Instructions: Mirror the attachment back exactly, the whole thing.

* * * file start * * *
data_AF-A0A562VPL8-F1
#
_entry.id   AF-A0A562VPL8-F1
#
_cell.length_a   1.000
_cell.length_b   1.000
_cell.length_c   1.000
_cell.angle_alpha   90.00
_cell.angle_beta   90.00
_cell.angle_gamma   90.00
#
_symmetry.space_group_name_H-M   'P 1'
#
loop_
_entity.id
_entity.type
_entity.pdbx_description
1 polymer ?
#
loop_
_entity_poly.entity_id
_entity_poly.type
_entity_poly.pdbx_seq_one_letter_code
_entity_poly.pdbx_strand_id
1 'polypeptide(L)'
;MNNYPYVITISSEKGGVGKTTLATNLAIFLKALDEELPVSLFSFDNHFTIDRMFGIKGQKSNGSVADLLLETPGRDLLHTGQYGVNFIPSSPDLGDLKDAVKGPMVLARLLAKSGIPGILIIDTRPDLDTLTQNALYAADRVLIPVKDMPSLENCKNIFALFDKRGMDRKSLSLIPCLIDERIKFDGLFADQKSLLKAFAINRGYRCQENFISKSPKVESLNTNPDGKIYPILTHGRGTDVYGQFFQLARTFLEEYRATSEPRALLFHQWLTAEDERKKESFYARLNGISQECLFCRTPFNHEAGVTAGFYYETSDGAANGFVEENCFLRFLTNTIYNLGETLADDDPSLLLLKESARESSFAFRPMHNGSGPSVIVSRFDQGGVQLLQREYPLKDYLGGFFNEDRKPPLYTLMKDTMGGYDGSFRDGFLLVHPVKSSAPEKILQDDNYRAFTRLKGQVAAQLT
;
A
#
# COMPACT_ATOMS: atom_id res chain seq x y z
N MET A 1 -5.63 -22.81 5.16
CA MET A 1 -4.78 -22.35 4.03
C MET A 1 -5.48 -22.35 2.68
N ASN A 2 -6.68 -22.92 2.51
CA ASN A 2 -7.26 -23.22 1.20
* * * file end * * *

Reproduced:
data_AF-A0A562VPL8-F1
#
_entry.id   AF-A0A562VPL8-F1
#
_cell.length_a   1.000
_cell.length_b   1.000
_cell.length_c   1.000
_cell.angle_alpha   90.00
_cell.angle_beta   90.00
_cell.angle_gamma   90.00
#
_symmetry.space_group_name_H-M   'P 1'
#
loop_
_entity.id
_entity.type
_entity.pdbx_description
1 polymer ?
#
loop_
_entity_poly.entity_id
_entity_poly.type
_entity_poly.pdbx_seq_one_letter_code
_entity_poly.pdbx_strand_id
1 'polypeptide(L)'
;MNNYPYVITISSEKGGVGKTTLATNLAIFLKALDEELPVSLFSFDNHFTIDRMFGIKGQKSNGSVADLLLETPGRDLLHTGQYGVNFIPSSPDLGDLKDAVKGPMVLARLLAKSGIPGILIIDTRPDLDTLTQNALYAADRVLIPVKDMPSLENCKNIFALFDKRGMDRKSLSLIPCLIDERIKFDGLFADQKSLLKAFAINRGYRCQENFISKSPKVESLNTNPDGKIYPILTHGRGTDVYGQFFQLARTFLEEYRATSEPRALLFHQWLTAEDERKKESFYARLNGISQECLFCRTPFNHEAGVTAGFYYETSDGAANGFVEENCFLRFLTNTIYNLGETLADDDPSLLLLKESARESSFAFRPMHNGSGPSVIVSRFDQGGVQLLQREYPLKDYLGGFFNEDRKPPLYTLMKDTMGGYDGSFRDGFLLVHPVKSSAPEKILQDDNYRAFTRLKGQVAAQLT
;
A
#
# COMPACT_ATOMS: atom_id res chain seq x y z
N MET A 1 -5.63 -22.81 5.16
CA MET A 1 -4.78 -22.35 4.03
C MET A 1 -5.48 -22.35 2.68
N ASN A 2 -6.68 -22.92 2.51
CA ASN A 2 -7.26 -23.22 1.20